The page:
Ugh. After a night of fourteen degrees below zero, in the late afternoon, Donna headed out to the sauna in her cold weather gear to attempt a load of laundry.
She returned shortly after with photo evidence of how cold it was. The water pails had frozen. Sigh.
At first I didn’t register any concern. It wasn’t until I went out myself and realized that the water pipe had frozen that I began to feel a bit of panic well up inside me.
I rushed over to the cabin first, to test the water line from the sauna to the cabin which had been constantly dripping for the past month. Thank goodness, it was still dripping. I opened it up and let some good water flow through for a few moments before capping it back to a slow drip and returning to the sauna.
I put on a roaring fire in the sauna, and then broke the ice in the pails. Using ice cold water, I started the Panda washing machine and got it to agitate a moment. Hearing some of the chunks of ice banging around inside, I quickly stopped the machine and waited an hour or so for some warm water to be present in the sauna stove’s holding tank.
I poured this water into the Panda to melt the ice, and then resumed the load.
Imagine my annoyance when I tried to switch it to “drain” mode, and the dial was also frozen. Forcing it slightly, the knob suddenly banged, and then I could spin it freely around, obviously not engaging anything.
This brought me nearly to my knees with frustration. No water, and now no way to drain the washing machine! What else could there be?
I pulled off the knob, and saw that the cog underneath had somehow “fallen” lower than the knob could reach. Retrieving my needlenose pliers, I pulled it up, and switched it to drain.
The Panda groaned under the strain, and no water moved. I check the hose underneath and – you guessed it – frozen solid.
I bailed the water out by hand, and then moved the clothes to the spin side. It spun for a moment, and then it too started to groan.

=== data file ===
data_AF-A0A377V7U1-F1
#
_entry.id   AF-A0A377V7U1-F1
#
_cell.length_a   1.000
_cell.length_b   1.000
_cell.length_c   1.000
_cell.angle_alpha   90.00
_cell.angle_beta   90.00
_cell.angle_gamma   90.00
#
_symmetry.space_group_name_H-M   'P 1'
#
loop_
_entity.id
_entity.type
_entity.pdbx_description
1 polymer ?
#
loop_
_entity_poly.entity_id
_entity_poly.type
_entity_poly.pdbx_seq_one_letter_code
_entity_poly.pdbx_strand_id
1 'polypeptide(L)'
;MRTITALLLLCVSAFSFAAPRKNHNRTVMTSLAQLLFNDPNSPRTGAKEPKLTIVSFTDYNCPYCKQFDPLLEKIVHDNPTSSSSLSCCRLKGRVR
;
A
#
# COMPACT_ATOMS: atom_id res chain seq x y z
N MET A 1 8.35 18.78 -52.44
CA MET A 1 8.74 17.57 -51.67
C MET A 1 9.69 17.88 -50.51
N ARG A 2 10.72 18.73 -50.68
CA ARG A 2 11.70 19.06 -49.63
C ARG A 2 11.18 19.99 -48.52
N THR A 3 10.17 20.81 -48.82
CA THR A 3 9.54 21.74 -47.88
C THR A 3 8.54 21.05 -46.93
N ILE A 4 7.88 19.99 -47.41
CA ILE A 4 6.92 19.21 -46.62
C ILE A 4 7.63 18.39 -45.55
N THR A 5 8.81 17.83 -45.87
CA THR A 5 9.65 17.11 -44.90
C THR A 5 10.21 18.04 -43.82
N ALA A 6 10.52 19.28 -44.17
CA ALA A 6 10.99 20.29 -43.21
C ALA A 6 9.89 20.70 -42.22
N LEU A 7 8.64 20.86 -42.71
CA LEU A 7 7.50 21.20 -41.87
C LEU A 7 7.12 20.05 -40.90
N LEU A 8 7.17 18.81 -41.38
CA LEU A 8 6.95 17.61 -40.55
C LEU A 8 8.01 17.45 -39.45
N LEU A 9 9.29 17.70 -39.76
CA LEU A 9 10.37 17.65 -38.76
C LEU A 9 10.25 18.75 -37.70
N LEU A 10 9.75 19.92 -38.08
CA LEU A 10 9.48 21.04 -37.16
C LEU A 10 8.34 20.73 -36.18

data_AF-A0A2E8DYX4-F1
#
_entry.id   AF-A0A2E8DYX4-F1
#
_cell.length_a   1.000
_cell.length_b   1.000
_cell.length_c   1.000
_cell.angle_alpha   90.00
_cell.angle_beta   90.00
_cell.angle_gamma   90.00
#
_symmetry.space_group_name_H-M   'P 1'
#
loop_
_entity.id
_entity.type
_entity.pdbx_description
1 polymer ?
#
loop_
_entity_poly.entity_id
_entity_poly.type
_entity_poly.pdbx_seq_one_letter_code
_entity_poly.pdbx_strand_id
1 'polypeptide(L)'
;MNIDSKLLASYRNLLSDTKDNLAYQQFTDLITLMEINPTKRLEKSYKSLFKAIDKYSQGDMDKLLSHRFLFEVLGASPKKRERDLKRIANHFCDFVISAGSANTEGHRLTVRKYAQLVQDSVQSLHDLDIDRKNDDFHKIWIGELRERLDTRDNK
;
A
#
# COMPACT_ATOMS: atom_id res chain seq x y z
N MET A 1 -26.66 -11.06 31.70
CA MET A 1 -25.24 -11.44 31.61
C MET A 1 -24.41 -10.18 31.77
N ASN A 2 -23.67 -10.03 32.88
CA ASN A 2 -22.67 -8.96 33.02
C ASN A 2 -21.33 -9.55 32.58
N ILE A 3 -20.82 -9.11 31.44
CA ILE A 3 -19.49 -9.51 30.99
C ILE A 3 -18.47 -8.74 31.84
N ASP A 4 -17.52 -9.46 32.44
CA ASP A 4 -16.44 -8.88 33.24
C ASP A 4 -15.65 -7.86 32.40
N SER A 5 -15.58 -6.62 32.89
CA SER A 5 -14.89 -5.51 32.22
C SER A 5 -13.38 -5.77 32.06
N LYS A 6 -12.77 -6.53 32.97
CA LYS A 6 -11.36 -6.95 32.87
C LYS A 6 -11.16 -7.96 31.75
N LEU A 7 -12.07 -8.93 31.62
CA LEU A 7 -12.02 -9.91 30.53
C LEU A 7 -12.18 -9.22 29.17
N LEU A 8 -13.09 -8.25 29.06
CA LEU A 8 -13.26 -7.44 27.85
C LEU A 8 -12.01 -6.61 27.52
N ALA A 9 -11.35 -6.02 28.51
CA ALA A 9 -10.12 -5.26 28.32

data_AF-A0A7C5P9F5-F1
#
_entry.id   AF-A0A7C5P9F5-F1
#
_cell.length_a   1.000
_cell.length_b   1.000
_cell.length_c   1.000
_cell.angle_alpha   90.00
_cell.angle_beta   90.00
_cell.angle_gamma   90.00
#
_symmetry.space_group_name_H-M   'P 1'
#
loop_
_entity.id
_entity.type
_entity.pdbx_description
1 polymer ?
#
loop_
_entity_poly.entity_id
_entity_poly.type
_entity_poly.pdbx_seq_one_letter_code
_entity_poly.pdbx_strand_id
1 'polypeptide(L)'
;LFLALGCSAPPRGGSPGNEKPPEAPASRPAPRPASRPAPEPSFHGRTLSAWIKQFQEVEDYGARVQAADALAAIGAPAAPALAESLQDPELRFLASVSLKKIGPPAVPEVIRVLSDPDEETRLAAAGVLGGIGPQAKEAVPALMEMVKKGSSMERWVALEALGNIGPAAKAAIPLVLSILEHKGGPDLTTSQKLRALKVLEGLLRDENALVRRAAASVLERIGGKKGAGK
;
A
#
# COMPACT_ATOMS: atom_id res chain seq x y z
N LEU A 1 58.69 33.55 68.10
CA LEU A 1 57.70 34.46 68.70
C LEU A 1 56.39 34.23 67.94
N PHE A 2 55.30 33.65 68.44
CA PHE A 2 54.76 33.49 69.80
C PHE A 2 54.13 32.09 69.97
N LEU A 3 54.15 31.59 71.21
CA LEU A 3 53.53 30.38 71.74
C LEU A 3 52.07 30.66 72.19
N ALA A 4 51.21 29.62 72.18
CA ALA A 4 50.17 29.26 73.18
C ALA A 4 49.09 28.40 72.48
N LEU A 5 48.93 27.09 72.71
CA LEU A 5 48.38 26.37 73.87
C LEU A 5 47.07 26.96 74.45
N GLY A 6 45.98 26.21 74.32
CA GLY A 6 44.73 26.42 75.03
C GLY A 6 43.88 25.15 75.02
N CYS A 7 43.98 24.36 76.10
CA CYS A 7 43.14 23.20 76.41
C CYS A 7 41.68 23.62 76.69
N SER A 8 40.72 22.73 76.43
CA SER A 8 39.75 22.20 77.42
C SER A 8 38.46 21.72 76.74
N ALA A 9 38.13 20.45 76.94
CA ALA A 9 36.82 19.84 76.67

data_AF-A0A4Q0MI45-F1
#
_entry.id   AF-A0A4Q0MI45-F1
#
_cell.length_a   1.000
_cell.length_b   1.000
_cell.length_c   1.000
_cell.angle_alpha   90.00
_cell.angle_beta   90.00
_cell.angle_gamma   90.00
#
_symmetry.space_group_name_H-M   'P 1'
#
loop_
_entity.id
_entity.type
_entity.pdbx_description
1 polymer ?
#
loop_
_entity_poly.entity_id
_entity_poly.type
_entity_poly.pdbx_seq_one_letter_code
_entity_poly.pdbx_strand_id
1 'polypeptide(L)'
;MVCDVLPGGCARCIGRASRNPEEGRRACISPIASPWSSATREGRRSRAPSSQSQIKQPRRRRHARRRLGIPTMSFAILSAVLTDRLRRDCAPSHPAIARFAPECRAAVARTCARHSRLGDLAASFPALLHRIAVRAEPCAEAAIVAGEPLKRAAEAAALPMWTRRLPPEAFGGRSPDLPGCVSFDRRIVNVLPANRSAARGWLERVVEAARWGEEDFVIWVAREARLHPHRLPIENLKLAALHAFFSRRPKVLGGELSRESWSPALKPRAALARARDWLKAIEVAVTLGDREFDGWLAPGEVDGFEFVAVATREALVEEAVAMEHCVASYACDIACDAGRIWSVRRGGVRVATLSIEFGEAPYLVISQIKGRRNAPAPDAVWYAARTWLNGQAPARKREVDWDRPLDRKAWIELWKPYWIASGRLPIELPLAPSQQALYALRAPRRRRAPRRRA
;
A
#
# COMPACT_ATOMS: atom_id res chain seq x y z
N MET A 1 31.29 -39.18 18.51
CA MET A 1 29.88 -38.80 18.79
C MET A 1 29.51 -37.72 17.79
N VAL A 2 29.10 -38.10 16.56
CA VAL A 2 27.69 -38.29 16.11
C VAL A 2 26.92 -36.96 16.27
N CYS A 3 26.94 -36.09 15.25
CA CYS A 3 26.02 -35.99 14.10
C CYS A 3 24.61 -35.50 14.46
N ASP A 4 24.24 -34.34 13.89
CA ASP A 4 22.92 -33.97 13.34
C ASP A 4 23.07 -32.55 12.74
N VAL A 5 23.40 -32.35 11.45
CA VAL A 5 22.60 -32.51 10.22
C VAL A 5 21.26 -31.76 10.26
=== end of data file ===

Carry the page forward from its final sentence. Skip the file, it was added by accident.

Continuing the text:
It appears that the two sides of the machine have separate reservoirs. Something that should be obvious, but wasn’t always so to me. Whenever you are spinning, the spin side tried to drain water. So the drain pump was straining to pump against the frozen hose. Also, as soon as enough water builds up in the spin side to reach the basket, the friction of the water is far too much for the spinner to move at any great speed. Thus, I couldn’t spin the clothes. They were coming out of the machine soaking wet and freezing. Pieces of ice were still falling from them at that point!
I pulled the hose up as high as I could, restoked the fire, and was mildly happy to see that the faucet was finally drip… drip… dripping.
By about six-thirty in the evening, the faucet had thawed, and I could get water. The washing machine had made all sorts of awful sounds, and I was fairly certain I had killed it by pumping against the blockage for so long, not to mention washing clothes with chunks of ice in the agitation side.
When it was finally pitch dark, I decided to call it a night and go in for supper. As I left the sauna, I tripped heels over head on the wagon that I had so unwisely left at the bottom of the stairs earlier in the evening. Great Grandpa Higginbotham would have been proud of my attempts to not take the Lord’s name in vain. Instead, I just made up a few new words.
Back in the yurts, Donna nourished my body and spirit with both soup, and kind, supportive words. I decided to make use of the warm sauna and go out to wash my face and hair after eating.
Once there, I attempted one last try at draining the washing machine, and, lo and behold, it worked! I quickly raced outside in my boots (and little else) to start up the generator again, and banged off a few loads of laundry while I could.
With the pliers, I pulled up the cog for the wash/drain setting, and put the dial back on it. As of a few days later, it is still working okay.
While the Panda cannot seem to properly agitate our largest, flannel blankets, I am still quite happy that we have the ability to wash most of our other items. However, it is difficult to resist the temptation to overload this little machine.
Donna has been using a home made liquid detergent she has been making with soap nuts. Occasionally she doesn’t even bother with a rinse, as this detergent is suppose to be very mild. This saves us on water, time and electric power.
I still would recommend the Panda to anyone in our situation, and would readily replace it if it were to be retired in the future.
In any case, I spent the next day redoing the framing around the sauna doors. I removed almost all of the existing framing, and as I replaced it, I added surplus sill gasket and some leftover Roxul insulation. I also made sure that all openings were covered as best as I could to keep out any draughts. I had a fire burning most of the day, and put on the final log about three-thirty. Donna went out as late as seven to wash her hair, and reported that the stove water was perfect for washing!
Now it remains to be seen just how often we need to fire up the sauna to keep those lines open.